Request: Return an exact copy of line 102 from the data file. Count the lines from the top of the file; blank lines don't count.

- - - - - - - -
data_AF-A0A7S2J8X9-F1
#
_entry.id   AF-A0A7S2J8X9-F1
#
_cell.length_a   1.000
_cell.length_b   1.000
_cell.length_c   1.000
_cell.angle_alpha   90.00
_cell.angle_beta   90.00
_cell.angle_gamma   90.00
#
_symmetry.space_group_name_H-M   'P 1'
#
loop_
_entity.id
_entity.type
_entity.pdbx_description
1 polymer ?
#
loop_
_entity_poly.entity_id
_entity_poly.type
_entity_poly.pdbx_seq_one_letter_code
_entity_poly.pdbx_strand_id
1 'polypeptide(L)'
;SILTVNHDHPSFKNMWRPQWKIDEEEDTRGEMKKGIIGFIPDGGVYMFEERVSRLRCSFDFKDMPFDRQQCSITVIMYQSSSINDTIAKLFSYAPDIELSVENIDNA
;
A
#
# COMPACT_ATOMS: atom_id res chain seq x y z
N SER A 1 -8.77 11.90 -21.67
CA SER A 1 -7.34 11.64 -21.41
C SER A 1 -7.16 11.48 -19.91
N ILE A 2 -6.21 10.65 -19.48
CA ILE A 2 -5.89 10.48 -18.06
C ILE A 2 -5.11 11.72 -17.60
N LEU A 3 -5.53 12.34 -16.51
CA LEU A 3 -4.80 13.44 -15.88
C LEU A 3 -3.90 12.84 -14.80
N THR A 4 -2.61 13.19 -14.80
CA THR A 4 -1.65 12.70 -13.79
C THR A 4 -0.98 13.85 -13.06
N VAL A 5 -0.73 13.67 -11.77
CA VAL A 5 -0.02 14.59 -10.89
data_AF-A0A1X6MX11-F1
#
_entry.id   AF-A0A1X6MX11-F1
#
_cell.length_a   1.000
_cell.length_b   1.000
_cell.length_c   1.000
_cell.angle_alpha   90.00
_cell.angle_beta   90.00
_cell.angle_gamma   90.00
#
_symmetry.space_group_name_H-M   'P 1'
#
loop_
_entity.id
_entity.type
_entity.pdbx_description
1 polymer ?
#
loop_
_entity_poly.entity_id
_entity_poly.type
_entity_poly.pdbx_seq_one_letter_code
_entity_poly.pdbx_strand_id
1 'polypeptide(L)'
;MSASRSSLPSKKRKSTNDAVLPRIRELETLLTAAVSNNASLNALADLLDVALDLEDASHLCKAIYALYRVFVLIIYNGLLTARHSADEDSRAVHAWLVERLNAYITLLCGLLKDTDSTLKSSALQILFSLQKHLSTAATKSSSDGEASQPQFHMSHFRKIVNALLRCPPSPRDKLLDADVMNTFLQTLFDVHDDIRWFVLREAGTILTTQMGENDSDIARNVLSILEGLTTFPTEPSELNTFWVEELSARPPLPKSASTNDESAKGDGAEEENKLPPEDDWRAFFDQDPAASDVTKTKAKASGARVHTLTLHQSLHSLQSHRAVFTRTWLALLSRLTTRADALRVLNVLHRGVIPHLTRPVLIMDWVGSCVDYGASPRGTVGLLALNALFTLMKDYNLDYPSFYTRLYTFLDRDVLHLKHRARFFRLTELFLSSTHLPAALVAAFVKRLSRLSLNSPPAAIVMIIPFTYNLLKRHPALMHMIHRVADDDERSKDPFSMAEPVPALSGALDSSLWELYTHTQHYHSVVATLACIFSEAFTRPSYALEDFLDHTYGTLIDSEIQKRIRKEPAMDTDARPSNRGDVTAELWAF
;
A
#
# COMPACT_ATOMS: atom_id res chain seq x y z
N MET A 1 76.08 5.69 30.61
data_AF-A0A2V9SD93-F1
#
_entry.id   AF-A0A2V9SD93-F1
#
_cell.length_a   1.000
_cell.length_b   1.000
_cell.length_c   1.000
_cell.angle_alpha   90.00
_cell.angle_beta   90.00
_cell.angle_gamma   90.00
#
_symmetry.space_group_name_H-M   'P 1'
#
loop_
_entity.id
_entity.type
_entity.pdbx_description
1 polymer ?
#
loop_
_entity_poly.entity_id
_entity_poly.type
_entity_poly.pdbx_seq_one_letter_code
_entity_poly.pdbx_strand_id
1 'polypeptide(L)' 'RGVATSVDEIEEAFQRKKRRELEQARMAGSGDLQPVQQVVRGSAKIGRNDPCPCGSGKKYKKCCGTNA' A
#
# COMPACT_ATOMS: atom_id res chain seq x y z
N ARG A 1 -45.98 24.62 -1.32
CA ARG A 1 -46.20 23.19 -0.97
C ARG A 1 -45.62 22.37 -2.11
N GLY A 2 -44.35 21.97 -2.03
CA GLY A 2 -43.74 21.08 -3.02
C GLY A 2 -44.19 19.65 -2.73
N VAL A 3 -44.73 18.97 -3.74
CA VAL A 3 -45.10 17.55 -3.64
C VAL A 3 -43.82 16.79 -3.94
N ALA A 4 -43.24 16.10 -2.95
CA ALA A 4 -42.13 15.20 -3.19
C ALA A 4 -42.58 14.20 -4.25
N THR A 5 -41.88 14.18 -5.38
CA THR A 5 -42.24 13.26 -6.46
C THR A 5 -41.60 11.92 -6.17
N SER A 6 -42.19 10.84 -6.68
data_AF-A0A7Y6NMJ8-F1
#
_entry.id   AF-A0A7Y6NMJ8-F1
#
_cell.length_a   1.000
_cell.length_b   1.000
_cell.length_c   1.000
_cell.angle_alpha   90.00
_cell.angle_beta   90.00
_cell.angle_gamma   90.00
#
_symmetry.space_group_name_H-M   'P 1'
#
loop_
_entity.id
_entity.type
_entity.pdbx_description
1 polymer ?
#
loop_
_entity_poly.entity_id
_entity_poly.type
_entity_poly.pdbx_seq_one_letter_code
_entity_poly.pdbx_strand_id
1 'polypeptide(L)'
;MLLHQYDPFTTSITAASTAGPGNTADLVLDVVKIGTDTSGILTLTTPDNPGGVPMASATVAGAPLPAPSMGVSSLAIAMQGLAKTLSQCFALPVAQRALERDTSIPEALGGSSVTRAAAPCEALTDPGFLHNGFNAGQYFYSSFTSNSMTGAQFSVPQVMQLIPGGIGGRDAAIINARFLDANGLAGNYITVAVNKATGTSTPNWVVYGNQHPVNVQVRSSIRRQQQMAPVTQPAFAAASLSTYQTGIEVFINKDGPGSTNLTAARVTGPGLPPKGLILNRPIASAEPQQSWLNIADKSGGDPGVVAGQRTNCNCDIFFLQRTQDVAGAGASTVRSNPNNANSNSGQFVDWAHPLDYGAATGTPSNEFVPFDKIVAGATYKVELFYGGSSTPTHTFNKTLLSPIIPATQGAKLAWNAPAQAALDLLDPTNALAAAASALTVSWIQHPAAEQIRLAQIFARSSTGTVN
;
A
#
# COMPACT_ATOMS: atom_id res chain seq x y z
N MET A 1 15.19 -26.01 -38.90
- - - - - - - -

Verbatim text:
# COMPACT_ATOMS: atom_id res chain seq x y z